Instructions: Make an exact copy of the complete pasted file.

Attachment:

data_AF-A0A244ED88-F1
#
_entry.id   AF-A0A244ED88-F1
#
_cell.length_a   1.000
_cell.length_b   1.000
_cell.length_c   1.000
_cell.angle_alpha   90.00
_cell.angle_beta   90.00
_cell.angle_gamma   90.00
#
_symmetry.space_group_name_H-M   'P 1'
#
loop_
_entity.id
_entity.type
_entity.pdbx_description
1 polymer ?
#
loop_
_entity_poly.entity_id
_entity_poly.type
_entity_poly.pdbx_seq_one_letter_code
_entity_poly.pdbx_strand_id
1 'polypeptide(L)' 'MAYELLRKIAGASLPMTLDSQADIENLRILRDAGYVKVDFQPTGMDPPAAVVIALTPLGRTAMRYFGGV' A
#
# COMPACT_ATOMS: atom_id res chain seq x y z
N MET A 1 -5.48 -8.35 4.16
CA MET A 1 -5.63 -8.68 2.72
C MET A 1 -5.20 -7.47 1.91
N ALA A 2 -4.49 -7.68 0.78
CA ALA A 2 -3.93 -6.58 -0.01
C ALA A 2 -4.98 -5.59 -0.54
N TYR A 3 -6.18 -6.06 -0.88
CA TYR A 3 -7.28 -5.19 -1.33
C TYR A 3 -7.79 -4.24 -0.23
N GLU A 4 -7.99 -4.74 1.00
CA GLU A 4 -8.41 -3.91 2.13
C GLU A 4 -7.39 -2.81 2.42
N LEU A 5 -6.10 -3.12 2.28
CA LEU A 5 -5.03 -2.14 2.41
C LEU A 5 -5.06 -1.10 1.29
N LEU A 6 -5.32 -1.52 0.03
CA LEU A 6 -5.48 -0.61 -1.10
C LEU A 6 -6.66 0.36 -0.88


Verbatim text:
data_AF-A0A244ED88-F1
#
_entry.id   AF-A0A244ED88-F1
#
_cell.length_a   1.000
_cell.length_b   1.000
_cell.length_c   1.000
_cell.angle_alpha   90.00
_cell.angle_beta   90.00
_cell.angle_gamma   90.00
#
_symmetry.space_group_name_H-M   'P 1'
#
loop_
_entity.id
_entity.type
_entity.pdbx_description
1 polymer ?
#
loop_
_entity_poly.entity_id
_entity_poly.type
_entity_poly.pdbx_seq_one_letter_code
_entity_poly.pdbx_strand_id
1 'polypeptide(L)' 'MAYELLRKIAGASLPMTLDSQADIENLRILRDAGYVKVDFQPTGMDPPAAVVIALTPLGRTAMRYFGGV' A
#
# COMPACT_ATOMS: atom_id res chain seq x y z
N MET A 1 -5.48 -8.35 4.16
CA MET A 1 -5.63 -8.68 2.72
C MET A 1 -5.20 -7.47 1.91
N ALA A 2 -4.49 -7.68 0.78
CA ALA A 2 -3.93 -6.58 -0.01
C ALA A 2 -4.98 -5.59 -0.54
N TYR A 3 -6.18 -6.06 -0.88
CA TYR A 3 -7.28 -5.19 -1.33
C TYR A 3 -7.79 -4.24 -0.23
N GLU A 4 -7.99 -4.74 1.00
CA GLU A 4 -8.41 -3.91 2.13
C GLU A 4 -7.39 -2.81 2.42
N LEU A 5 -6.10 -3.12 2.28
CA LEU A 5 -5.03 -2.14 2.41
C LEU A 5 -5.06 -1.10 1.29
N LEU A 6 -5.32 -1.52 0.03
CA LEU A 6 -5.48 -0.61 -1.10
C LEU A 6 -6.66 0.36 -0.88